Shelby Mitchell, a sexual assault victim advocate from Safe Haven in Shawano, did not realize how hard it was to belly dance until she had a chance to try it during the organization’s annual fundraiser, Dance Back the Night, in April.
“I think overall it went very well,” she said of the event on April 17. “We had some great performers that danced for us.”
The event was filled with a variety of dance performances as well as silent auction and raffle.
Mitchell said the event is a creative way to raise funds for the organization as well as raise awareness about domestic abuse and sexual assault. April also marks Child Abuse and Sexual Assault Awareness Month. The event included awareness messages from Mitchell and Menominee Shelter Manager, Kim Hoffman. ThedaCare, through the Shawano Community Health Action Team, donated $1,000 because the event supports mental health.
Mitchell said this is the fourth year the organization has held Dance Back the Night. The idea came from Korina Pubanz, a sexual assault nurse examiner, or SANE, who was involved in a similar fundraising event in Stevens Point and wanted to bring it to Shawano. The SANE nurse was also a belly dancer, which added an element of fun to the event. “As a whole agency we ate it up,” said Mitchell.
This recent event raised over $1,600, which the agency will use to support shelter programs. Safe Haven is a domestic violence and sexual assault support center. It also provides a 24-bed emergency shelter. Advocates help victims “focus on some of their goals and work on housing and employment” needs, said Mitchell.
In 2014, Safe Haven provided services to 107 sexual assault clients, safe housing to 49 women and 58 children, answered 2,155 crisis calls, provided services to 510 victims (365 women, 31 men and 114 children), completed 798 safety plans with victims and 102 children. The agency provides one-on-one advocacy, legal advocacy, support groups and community education and prevention education in the schools.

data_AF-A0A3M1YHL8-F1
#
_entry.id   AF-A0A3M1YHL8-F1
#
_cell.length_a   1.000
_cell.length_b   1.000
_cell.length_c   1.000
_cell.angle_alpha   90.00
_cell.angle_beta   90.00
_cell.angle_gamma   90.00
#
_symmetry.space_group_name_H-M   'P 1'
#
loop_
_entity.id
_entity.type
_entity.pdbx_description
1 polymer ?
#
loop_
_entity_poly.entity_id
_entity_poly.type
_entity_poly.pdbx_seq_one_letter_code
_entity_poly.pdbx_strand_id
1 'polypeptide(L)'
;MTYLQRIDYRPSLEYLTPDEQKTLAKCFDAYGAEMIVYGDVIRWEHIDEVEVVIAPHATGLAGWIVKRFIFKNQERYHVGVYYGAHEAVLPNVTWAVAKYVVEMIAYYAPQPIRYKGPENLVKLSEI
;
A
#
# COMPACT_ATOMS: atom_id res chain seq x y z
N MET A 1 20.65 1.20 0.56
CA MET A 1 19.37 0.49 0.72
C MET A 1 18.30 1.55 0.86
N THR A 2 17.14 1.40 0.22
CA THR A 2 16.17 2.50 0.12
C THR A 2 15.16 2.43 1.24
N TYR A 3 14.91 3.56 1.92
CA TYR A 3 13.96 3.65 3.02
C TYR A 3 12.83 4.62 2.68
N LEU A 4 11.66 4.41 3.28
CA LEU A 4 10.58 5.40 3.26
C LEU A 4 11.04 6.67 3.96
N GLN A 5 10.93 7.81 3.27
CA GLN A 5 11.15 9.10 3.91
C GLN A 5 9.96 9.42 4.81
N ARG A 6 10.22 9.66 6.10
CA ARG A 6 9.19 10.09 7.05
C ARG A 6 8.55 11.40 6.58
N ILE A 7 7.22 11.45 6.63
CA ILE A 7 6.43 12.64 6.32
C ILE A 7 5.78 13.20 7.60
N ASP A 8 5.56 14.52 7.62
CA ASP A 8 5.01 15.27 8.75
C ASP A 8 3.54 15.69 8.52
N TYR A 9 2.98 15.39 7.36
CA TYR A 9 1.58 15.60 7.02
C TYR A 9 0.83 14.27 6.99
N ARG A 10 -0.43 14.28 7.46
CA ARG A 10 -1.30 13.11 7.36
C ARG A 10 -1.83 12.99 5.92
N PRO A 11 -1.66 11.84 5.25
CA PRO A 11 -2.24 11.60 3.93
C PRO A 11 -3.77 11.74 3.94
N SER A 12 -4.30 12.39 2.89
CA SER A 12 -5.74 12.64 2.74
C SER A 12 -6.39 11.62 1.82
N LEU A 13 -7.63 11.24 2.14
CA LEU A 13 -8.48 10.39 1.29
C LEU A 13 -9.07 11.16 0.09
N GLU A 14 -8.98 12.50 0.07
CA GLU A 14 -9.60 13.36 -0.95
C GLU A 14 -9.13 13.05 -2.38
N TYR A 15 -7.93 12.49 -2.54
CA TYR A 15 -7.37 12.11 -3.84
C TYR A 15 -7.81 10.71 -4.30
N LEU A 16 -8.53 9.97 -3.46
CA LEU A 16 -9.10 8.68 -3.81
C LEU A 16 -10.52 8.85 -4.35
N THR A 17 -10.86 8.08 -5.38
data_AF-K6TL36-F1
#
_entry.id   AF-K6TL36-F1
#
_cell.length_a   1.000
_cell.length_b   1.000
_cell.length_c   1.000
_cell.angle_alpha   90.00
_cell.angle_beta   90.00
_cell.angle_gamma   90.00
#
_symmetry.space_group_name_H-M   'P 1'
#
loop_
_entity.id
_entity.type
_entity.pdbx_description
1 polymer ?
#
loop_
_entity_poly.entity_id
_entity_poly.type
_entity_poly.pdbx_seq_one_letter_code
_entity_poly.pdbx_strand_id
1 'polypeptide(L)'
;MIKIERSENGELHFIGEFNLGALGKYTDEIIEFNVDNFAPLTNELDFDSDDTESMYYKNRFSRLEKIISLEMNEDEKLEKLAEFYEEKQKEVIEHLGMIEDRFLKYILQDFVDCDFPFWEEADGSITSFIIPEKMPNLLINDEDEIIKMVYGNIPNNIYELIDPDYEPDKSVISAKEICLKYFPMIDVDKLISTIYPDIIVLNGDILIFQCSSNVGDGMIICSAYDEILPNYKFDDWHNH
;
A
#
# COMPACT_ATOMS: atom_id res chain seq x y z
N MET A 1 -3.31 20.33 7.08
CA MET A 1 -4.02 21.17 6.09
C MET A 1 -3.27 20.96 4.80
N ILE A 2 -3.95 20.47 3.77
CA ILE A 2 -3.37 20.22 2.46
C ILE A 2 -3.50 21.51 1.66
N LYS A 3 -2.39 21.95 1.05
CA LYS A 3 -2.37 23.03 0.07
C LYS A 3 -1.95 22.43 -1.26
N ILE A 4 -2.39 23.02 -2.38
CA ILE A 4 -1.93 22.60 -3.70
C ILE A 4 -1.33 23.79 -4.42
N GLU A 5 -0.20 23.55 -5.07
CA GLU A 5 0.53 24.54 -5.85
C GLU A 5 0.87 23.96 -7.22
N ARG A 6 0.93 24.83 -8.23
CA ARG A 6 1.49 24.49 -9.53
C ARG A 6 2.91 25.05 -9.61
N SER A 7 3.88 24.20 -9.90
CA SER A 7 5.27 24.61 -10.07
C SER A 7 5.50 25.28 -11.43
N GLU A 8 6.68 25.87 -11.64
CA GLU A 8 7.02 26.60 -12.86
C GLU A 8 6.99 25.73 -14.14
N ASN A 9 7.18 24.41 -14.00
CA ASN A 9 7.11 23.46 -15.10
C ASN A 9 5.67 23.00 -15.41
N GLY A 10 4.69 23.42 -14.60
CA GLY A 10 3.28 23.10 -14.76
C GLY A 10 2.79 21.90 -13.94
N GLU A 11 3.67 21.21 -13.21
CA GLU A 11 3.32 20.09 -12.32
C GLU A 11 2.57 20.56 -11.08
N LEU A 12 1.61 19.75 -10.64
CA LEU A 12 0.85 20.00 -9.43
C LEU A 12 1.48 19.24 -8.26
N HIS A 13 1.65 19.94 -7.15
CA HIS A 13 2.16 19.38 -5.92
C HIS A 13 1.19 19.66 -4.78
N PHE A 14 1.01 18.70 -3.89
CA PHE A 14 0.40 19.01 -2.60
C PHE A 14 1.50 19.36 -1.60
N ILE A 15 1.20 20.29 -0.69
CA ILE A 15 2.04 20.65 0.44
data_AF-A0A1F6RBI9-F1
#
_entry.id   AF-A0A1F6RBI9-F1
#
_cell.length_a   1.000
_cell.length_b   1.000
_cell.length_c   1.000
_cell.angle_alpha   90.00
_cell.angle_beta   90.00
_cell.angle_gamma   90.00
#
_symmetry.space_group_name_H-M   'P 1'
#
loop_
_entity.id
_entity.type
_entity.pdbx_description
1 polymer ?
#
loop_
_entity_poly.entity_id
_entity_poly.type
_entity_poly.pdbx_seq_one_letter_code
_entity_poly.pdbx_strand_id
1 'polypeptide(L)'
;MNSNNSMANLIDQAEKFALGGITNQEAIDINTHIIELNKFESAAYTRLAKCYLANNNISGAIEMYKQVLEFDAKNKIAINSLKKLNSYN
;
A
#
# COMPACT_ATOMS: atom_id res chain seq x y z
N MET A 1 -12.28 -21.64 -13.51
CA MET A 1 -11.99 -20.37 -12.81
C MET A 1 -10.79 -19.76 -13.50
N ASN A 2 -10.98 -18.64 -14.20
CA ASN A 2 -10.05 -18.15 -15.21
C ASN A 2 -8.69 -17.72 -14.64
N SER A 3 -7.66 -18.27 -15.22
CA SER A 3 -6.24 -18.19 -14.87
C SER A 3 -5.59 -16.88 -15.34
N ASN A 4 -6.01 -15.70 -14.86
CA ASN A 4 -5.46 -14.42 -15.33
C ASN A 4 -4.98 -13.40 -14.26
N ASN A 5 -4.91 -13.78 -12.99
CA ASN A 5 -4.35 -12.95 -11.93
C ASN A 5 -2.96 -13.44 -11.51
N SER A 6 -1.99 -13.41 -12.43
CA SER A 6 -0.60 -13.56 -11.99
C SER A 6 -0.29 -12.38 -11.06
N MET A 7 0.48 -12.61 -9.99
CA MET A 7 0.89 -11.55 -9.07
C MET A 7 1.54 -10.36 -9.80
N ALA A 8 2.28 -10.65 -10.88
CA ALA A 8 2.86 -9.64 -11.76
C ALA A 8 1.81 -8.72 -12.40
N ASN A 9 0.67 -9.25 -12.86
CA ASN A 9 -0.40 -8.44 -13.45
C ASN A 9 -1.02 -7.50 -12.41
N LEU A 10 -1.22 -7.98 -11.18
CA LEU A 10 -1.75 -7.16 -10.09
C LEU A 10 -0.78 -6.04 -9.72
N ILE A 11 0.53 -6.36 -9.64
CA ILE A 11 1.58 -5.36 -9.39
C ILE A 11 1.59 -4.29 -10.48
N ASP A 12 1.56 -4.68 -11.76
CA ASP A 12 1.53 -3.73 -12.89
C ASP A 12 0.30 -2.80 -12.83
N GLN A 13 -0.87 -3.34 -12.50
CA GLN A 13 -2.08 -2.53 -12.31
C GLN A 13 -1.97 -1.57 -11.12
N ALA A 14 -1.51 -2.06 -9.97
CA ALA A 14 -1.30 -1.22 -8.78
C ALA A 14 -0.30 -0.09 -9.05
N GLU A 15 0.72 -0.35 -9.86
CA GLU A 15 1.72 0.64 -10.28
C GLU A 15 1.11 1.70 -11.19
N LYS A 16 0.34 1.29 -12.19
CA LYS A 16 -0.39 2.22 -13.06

Awareness is important in preventing sexual assault and domestic violence as well as child abuse, said Mitchell. Shawano is not immune to those issues so Safe Haven needs to “put services in place to get survivors the support they need and hold offenders accountable whenever we get the opportunity to do that,” said Mitchell.
Friends and family can also help loved ones by recognizing signs of abuse. Signs of domestic child abuse and sexual assault can be very similar, said Mitchell, noting signs such as withdrawal, a change in eating habits, change in sleeping habits, changes in school, acting out or being passive, regression in development, fear of others and more.
Victims needs to be encouraged and supported to reach out to a family member or adult they know and trust. Advocacy programs like Safe Haven have resources for victims and family members of victims. “If someone does talk with us, it is really important to be supportive,” said Mitchell.
If it is a sexual assault and the victim wants to be checked out medically, they can talk with an advocacy program and see if they offer a SANE exam. Mitchell said SANE nurses are a registered nurse with 40 hours of additional training in forensic evidence training specific to a sexual assault.
“If a case was going to court, they know how to properly testify in court,” said Mitchell. “They’re very vital in a sexual assault to have that resource. They are also a very good support system. They are there to make sure you are medically and emotionally okay during that whole process. They work hand-in-hand with advocates as well.”
For more information about upcoming fundraising events or information about domestic abuse and sexual assault, call 715-526-3421.